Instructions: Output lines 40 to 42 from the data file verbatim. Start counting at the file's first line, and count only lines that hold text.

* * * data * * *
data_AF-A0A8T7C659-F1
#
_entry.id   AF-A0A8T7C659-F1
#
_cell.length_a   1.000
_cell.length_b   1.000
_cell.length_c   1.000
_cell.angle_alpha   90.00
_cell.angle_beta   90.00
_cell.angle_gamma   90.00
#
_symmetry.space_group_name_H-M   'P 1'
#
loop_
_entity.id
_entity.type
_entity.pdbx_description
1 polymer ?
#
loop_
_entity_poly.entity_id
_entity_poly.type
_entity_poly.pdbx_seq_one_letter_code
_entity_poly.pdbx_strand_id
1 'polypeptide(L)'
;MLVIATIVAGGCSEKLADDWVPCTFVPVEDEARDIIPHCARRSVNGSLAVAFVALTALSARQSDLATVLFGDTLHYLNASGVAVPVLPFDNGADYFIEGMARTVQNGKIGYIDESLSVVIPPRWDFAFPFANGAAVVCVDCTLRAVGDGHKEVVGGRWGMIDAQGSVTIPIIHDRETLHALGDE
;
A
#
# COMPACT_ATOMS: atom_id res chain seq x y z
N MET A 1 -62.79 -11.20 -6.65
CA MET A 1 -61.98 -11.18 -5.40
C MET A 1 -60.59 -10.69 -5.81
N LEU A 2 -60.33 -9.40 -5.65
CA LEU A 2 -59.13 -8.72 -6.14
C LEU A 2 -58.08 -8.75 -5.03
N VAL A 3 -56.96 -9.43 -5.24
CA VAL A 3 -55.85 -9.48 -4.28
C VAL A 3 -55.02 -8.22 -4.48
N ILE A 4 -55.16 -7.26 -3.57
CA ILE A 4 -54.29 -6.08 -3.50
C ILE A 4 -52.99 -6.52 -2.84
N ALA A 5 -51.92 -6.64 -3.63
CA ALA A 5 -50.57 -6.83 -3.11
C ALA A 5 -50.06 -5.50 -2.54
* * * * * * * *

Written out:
N ILE A 4 -55.16 -7.26 -3.57
CA ILE A 4 -54.29 -6.08 -3.50
C ILE A 4 -52.99 -6.52 -2.84